I'm in ill health but not claiming benefits - can I get NI credits towards a state pension? Agony Uncle Steve Webb replies
I am a 61 year old male with 42 qualifying years towards my state pension. I stand to have quite a big deduction from my state pension due to having been in a company pension scheme most of my working life.
Three years ago I left work due to ill health and now receive a company pension. Although not able to work full time I still do a casual, zero hour, job to supplement my pension until I reach state pension age at 66.
I have read that NI credits can still be claimed towards qualifying years due to pension changes after April 2016.
State pension: Can you get credits towards it if you are in ill health but don't qualify for benefits?
I do not qualify for any 'out of work' benefits due to my company pension and have read that I must be claiming some type of benefit to claim NI credits.
So my question is, in my situation can I claim NI credits for the remaining years until I reach my state pension age?
SCROLL DOWN TO FIND OUT HOW TO ASK STEVE WEBB YOUR PENSION QUESTION
Steve Webb replies: In order to find out where you stand at the moment, the first thing to do is to get an up-to-date estimate of the state pension you have built up so far. You can do this by visiting the new government website here.
The way that the new state pension system works is that you will be given a figure for your rights as at April 2016 called a ‘starting amount’.
Steve Webb: Find out how to ask the former Pensions Minister a question about your retirement savings in the box below
The Government will look at the pension you had built up under the old rules (your basic state pension plus any earnings-related ‘SERPS’ pension) and at the pension you would get under the new rules (a full flat rate pension of £155.65 for 35 years of contributions, less a deduction for the period when you were in a company scheme and paying reduced National Insurance).
The starting amount will be the higher of these two numbers.
The significance of this is that the new state pension makes a big deduction from the ‘flat rate’ figure for the period when you were in a company pension, whereas under the old rules the deduction is generally smaller than this. So when your starting amount is calculated, it is likely to be on the basis of the old rules.
I haven’t seen your individual figures but I would assume you have got a full basic state pension of just over £119 per week and then probably a few pounds per week of earnings-related pension on top, perhaps for years that you worked when you were not in the company scheme.
You are right that any years of NI contributions or credits post April 2016 can boost your pension significantly. Each extra year will add 1/35th of the full flat rate of £155.65 or around £4.45 per week to your pension.
HOW MUCH IS THE NEW STATE PENSION?
People retiring from April 2016 onwards can qualify for the full new 'flat rate' of £155.65 a week, but many have discovered they will end up with smaller payments.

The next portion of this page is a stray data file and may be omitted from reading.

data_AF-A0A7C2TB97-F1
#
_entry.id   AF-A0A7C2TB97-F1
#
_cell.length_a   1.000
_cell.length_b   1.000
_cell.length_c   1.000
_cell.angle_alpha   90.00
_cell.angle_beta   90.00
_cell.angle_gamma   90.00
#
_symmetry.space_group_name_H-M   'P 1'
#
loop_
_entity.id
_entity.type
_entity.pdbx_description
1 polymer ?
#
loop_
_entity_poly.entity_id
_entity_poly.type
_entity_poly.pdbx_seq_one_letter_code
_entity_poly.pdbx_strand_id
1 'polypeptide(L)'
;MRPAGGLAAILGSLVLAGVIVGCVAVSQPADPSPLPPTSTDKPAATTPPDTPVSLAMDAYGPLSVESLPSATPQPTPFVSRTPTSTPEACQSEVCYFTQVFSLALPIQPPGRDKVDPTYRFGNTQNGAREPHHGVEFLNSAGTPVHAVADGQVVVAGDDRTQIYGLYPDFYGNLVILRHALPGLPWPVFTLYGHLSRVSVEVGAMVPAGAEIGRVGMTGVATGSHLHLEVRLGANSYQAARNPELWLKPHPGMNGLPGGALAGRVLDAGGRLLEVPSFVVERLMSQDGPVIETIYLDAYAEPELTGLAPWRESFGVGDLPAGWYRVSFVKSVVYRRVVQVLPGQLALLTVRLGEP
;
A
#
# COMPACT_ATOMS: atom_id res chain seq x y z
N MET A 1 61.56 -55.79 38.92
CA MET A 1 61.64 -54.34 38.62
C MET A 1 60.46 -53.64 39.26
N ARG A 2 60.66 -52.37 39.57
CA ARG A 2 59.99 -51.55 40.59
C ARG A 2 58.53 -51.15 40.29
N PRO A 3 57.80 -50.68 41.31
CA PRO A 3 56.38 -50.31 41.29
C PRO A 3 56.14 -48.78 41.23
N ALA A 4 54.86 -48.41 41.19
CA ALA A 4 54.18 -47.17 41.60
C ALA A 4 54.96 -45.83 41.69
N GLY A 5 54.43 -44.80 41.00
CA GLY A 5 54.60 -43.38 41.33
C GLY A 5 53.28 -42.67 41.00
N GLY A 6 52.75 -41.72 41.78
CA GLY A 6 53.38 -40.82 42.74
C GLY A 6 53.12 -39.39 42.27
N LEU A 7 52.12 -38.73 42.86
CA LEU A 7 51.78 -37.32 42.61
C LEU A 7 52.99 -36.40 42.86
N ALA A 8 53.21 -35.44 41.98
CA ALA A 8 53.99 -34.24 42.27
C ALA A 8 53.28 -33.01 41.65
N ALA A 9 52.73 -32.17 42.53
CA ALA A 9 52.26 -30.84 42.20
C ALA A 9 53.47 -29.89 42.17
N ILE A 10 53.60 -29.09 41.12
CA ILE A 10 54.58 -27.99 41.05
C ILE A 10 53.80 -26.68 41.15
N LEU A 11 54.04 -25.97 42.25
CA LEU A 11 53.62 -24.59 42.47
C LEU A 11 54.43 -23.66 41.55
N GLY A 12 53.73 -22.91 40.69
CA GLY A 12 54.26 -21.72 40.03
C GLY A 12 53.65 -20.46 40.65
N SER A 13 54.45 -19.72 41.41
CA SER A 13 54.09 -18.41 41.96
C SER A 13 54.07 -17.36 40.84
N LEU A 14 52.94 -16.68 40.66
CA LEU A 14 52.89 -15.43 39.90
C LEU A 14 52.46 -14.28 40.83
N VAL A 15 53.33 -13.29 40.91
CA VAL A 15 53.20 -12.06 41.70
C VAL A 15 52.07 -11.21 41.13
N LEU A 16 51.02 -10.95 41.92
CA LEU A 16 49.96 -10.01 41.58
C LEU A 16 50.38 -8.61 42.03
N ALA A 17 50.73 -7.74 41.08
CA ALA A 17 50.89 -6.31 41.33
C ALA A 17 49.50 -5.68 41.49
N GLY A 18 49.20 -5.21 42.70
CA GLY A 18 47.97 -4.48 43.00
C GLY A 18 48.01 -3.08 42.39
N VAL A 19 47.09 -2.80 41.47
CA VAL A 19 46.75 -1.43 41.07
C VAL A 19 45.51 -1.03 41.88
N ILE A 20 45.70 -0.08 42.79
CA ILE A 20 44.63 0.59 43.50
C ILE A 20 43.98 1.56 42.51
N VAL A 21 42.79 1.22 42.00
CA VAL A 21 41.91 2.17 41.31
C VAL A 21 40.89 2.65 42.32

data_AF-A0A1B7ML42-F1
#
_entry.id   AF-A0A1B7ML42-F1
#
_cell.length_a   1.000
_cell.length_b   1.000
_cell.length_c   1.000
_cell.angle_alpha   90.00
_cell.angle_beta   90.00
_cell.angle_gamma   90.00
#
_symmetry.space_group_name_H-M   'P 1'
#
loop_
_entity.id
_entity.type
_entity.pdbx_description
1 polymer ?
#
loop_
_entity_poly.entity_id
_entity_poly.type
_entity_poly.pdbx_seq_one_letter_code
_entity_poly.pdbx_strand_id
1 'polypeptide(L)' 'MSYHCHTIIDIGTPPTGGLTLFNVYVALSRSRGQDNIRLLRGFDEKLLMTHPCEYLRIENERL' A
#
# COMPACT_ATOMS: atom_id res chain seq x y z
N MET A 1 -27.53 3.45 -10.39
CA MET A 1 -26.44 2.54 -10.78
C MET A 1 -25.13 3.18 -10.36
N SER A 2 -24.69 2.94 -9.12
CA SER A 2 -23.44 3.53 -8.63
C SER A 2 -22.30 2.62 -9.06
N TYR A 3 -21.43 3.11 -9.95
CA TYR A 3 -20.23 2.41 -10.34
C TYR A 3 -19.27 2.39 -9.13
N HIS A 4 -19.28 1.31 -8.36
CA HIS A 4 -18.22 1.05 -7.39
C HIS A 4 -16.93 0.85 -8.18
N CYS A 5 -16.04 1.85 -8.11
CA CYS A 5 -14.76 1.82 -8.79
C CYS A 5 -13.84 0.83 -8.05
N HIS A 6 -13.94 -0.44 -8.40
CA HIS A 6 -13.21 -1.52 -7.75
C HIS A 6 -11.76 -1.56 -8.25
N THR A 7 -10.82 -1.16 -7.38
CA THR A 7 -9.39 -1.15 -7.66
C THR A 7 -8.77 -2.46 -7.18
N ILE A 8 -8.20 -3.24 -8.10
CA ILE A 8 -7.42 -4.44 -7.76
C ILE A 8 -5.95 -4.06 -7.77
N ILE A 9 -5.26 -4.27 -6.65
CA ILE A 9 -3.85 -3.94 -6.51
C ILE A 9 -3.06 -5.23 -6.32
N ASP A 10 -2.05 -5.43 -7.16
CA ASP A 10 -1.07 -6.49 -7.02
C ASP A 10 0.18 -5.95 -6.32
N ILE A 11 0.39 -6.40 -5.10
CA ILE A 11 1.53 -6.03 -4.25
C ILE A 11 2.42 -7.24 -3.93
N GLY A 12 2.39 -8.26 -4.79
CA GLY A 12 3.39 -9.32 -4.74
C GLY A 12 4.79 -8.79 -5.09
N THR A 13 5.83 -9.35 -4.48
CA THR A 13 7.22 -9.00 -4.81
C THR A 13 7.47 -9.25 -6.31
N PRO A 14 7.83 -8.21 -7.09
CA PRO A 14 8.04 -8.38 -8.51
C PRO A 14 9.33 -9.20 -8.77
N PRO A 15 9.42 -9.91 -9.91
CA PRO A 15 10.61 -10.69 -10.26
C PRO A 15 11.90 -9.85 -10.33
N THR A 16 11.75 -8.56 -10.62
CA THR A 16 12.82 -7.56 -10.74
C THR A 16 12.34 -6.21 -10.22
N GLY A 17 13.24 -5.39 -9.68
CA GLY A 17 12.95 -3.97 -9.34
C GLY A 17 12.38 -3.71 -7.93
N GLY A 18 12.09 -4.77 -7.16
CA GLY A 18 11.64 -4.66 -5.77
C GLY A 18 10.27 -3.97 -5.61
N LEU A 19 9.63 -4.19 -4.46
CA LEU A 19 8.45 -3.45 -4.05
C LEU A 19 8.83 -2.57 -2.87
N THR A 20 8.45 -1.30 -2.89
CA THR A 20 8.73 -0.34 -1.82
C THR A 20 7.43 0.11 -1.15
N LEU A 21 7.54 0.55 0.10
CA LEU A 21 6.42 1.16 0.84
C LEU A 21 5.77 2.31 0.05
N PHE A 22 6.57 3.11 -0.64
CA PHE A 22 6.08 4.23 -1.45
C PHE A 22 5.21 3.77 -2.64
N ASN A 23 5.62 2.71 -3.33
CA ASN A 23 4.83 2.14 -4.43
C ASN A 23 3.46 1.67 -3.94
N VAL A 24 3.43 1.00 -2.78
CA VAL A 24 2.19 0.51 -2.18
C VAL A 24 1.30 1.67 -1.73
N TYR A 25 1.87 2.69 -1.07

This is because they contracted out of paying the additional state pension top-ups S2P and Serps and under-paid National Insurance during their working lives.
Steve Webb has explained and defended the new state pension in a previous This is Money column here.
If you were off sick and claiming Employment Support Allowance then you would indeed get credits towards your state pension for as long as you satisfied the rules of the benefit in terms of not being fit for work, attending medical assessments etc.
You have written that you are not entitled to ESA because of your occupational pension. However, if you are not fit for more than a bit of casual work you should still claim ESA.
The reason for this is that even if you are turned down on income grounds, provided that you satisfy the other conditions for benefit then you can still get National Insurance credits.
This is known as a ‘credits only’ award and over a hundred thousand people are currently getting credits towards their pension through this route without actually receiving a penny of ESA.
Finally, if for any reason you do not go down this route, the other option would be top up your National Insurance record through voluntary contributions.
BOOSTING YOUR STATE PENSION
Steve Webb explains more about how to buy state pension top-ups and fill gaps in your National Insurance record here.
You have mentioned that you are on a zero hours contract and do some paid work. If there are weeks in the year when you earn enough to pay National Insurance then these contributions would give you a part year towards your pension. When you reach pension age you could choose to top up those contributions to make them into a full qualifying year.
Because the rate of voluntary NI contributions is set by the Government at a subsidised rate, if you had any spare cash at that point you would probably get a very good return by using it to boost your pension. You can find more about paying voluntary NI contributions here.
ASK STEVE WEBB A PENSION QUESTION
Former Pensions Minister Steve Webb is This Is Money's Agony Uncle.
He is ready to answer your questions, whether you are still saving, in the process of stopping work, or juggling your finances in retirement.
Since leaving the Department of Work and Pensions after the May 2015 election, Steve has joined pension firm Royal London as director of policy.
If you would like to ask Steve a question about pensions, please email him at email@example.com
Steve will do his best to reply to your message in a forthcoming column, but he won't be able to answer everyone or correspond privately with readers. Nothing in his replies constitutes regulated financial advice. Published questions are sometimes edited for brevity or other reasons.
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